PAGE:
Cavendish Square Holding BV v Talal El Makdessi; ParkingEye Ltd v Beavis

JurisdictionEngland & Wales
CourtSupreme Court
JudgeLord Neuberger,Lord Mance,Lord Sumption,Lord Clarke,Lord Carnwath,Lord Toulson
Judgment Date04 November 2015
Neutral Citation[2015] UKSC 67
Date04 November 2015

[2015] UKSC 67


Michaelmas Term

On appeal from: [2013] EWCA Civ 1539 and [2015] EWCA Civ 402


Lord Neuberger, President

Lord Mance

Lord Clarke

Lord Sumption

Lord Carnwath

Lord Toulson

Lord Hodge

Cavendish Square Holding BV
Talal El Makdessi
ParkingEye Limited

Appellant (Cavendish Square Holding BV)

Joanna Smith QC

Richard Leiper

James McCreath

Edwin Peel

(Instructed by Squire Patton Boggs (UK) LLP)

Appellant (Beavis)

John de Waal QC

David Lewis

Ryan Hocking

(Instructed by Harcus Sinclair)

Respondent (Talal El


Michael Bloch QC

Camilla Bingham QC

(Instructed by Clifford Chance LLP)

Respondent (ParkingEye Limited)

Jonathan Kirk QC

David Altaras

Thomas Samuels

(Instructed by Cubism Law)

Intervener (Consumers' Association)

Christopher Butcher QC

(Instructed by Consumers' Association In-House Lawyers)

Heard on 21, 22 and 23 July 2015

Lord Neuberger AND Lord Sumption : (with whom Lord Carnwath agrees)

These two appeals raise an issue which has not been considered by the Supreme Court or by the House of Lords for a century, namely the principles underlying the law relating to contractual penalty clauses, or, as we will call it, the penalty rule. The first appeal, Cavendish Square Holding BV v Talal El Makdessi, raises the issue in relation to two clauses in a substantial commercial contract. The second appeal, ParkingEye Ltd v Beavis, raises the issue at a consumer level, and it also raises a separate issue under the Unfair Terms in Consumer Contracts Regulations 1999 (SI 1999/2083) ("the 1999 Regulations").


We shall start by addressing the law on the penalty rule generally, and will then discuss the two appeals in turn.

The law in relation to penalties

The penalty rule in England is an ancient, haphazardly constructed edifice which has not weathered well, and which in the opinion of some should simply be demolished, and in the opinion of others should be reconstructed and extended. For many years, the courts have struggled to apply standard tests formulated more than a century ago for relatively simple transactions to altogether more complex situations. The application of the rule is often adventitious. The test for distinguishing penal from other principles is unclear. As early as 1801, in Astley v Weldon (1801) 2 Bos & Pul 346, 350 Lord Eldon confessed himself, not for the first time, "much embarrassed in ascertaining the principle on which [the rule was] founded". Eighty years later, in Wallis v Smith (1882) 21 Ch D 243, 256, Sir George Jessel MR, not a judge noted for confessing ignorance, observed that "The ground of that doctrine I do not know". In 1966 Diplock LJ, not a judge given to recognising defeat, declared that he could "make no attempt, where so many others have failed, to rationalise this common law rule": Robophone Facilities Ltd v Blank [1966] 1 WLR 1428, 1446. The task is no easier today. But unless the rule is to be abolished or substantially extended, its application to any but the clearest cases requires some underlying principle to be identified.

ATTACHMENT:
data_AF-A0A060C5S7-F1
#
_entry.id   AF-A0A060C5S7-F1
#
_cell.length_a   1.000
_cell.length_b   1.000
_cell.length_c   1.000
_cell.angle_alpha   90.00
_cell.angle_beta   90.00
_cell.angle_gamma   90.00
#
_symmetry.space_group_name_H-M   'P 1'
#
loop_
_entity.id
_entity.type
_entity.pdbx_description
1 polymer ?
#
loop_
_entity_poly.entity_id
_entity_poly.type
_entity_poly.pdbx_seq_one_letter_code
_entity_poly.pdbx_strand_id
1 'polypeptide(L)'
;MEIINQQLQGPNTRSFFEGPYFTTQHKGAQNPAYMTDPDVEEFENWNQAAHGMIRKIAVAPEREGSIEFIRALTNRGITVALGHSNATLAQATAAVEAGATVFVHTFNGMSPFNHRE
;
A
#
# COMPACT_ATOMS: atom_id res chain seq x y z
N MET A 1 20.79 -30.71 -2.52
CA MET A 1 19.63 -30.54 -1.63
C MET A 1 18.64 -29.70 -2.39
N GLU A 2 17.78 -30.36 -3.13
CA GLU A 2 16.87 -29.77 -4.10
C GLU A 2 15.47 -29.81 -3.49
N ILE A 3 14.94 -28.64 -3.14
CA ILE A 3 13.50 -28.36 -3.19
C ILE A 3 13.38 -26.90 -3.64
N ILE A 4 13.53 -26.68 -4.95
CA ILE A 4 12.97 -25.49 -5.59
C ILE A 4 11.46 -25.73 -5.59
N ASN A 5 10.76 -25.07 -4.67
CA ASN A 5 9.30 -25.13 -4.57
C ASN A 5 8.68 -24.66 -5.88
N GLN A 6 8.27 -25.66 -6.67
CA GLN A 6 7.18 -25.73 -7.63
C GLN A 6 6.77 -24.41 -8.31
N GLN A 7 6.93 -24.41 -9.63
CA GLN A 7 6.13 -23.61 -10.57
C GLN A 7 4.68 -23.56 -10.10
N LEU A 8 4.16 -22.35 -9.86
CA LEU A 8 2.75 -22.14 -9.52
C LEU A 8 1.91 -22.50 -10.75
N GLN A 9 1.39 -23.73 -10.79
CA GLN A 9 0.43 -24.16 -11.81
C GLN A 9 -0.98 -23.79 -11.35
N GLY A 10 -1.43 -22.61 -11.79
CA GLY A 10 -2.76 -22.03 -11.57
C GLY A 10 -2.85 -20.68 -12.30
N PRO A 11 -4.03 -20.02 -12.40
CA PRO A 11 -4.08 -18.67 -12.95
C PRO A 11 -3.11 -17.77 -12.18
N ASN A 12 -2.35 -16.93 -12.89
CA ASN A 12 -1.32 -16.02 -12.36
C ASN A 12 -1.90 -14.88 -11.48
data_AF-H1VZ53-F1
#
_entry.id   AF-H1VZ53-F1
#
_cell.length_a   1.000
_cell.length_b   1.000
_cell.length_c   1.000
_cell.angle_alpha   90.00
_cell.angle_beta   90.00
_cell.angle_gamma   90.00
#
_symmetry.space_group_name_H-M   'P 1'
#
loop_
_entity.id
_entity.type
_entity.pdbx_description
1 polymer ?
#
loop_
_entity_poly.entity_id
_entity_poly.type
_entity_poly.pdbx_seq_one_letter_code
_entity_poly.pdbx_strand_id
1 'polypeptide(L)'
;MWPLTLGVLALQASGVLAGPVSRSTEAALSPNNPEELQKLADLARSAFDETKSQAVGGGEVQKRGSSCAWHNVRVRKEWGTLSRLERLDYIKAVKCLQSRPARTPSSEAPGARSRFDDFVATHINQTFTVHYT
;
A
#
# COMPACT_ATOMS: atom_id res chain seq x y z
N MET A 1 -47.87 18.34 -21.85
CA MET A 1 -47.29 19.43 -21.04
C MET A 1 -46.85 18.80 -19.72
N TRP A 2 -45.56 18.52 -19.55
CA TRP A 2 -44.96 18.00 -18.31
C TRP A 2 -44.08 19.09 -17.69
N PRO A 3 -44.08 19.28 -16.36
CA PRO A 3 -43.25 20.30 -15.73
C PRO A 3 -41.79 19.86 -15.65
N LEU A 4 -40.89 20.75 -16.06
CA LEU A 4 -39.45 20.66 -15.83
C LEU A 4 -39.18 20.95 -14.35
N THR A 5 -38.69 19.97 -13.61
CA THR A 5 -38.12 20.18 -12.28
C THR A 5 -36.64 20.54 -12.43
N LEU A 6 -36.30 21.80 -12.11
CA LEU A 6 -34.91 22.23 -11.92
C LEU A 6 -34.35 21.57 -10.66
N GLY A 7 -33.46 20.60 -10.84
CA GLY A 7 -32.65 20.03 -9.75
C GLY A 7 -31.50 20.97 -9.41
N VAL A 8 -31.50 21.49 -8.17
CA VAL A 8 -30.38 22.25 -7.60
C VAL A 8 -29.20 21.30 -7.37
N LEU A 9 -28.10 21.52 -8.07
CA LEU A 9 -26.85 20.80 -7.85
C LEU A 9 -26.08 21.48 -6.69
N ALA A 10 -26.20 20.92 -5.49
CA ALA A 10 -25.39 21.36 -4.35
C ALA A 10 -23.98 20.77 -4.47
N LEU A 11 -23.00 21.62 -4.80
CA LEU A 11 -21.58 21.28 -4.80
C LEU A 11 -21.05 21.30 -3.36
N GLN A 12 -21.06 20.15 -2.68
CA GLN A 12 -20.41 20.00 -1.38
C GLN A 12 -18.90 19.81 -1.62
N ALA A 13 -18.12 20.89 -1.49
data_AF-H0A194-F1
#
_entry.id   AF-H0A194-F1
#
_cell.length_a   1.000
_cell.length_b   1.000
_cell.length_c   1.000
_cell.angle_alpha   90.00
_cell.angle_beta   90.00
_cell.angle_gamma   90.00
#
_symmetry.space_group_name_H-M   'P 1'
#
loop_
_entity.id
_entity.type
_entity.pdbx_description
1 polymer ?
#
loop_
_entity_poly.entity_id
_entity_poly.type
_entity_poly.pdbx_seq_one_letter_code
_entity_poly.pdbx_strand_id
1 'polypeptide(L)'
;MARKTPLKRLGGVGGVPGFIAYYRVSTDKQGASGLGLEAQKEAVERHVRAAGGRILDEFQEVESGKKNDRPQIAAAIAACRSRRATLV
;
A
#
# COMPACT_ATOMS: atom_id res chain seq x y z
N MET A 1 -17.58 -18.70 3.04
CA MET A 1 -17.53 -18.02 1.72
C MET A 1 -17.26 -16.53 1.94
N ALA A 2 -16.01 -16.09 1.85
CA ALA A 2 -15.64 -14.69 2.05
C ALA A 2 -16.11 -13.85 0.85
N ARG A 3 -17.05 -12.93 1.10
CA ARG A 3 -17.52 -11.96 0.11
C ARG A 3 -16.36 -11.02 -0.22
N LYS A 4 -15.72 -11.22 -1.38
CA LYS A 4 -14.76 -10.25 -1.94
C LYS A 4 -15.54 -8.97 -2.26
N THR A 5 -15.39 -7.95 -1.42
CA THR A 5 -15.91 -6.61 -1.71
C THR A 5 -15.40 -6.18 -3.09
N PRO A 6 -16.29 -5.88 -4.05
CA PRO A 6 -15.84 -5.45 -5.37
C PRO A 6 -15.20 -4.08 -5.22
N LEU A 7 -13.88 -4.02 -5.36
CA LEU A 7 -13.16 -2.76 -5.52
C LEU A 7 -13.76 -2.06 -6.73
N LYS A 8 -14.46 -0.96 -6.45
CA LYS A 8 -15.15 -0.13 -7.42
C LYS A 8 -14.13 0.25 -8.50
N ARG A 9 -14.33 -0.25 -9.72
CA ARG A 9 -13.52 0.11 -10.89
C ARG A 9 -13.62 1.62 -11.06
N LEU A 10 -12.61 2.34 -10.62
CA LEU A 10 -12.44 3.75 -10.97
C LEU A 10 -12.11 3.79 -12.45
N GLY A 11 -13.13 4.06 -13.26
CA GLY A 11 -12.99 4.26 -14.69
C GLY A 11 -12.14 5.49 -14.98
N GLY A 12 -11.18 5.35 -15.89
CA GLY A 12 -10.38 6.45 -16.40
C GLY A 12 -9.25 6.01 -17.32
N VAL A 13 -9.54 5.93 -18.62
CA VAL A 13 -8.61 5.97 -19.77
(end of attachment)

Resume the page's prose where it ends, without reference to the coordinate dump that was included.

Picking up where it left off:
Equitable origins

The penalty rule originated in the equitable jurisdiction to relieve from defeasible bonds. These were promises under seal to pay a specified sum of money, subject to a proviso that they should cease to have effect on the satisfaction of a condition, usually performance of some other ("primary") obligation. By the beginning of the 16th century, the practice had grown up of taking defeasible bonds to secure the performance obligations sounding in damages. This enabled the holder of the bond to bring his action in debt, which made it unnecessary for him to prove his loss and made it possible to stipulate for substantially more than his loss. The common law enforced the bonds according to their letter. But equity regarded the real intention of the parties as being that the bond should stand as security only, and restrained its enforcement at common law on terms that the debtor paid damages, interest and costs. The classic statement of this approach is that of Lord Thurlow LC in Sloman v Walter (1783) 1 Bro CC 418, 419:

"… where a penalty is inserted merely to secure the enjoyment of a collateral object, the enjoyment of the object is considered as the principal intent of the deed, and the penalty only as accessional, and, therefore, only to secure the damage really incurred …"


The essential conditions for the exercise of the jurisdiction were (i) that the penal provision was intended as a security for the recovery of the true amount of a debt or damages, and (ii) that that objective could be achieved by restraining proceedings on the bond in the courts of common law, on terms that the defendant paid damages. As Lord Macclesfield observed in Peachy v Duke of Somerset (1720) 1 Strange 447, 453: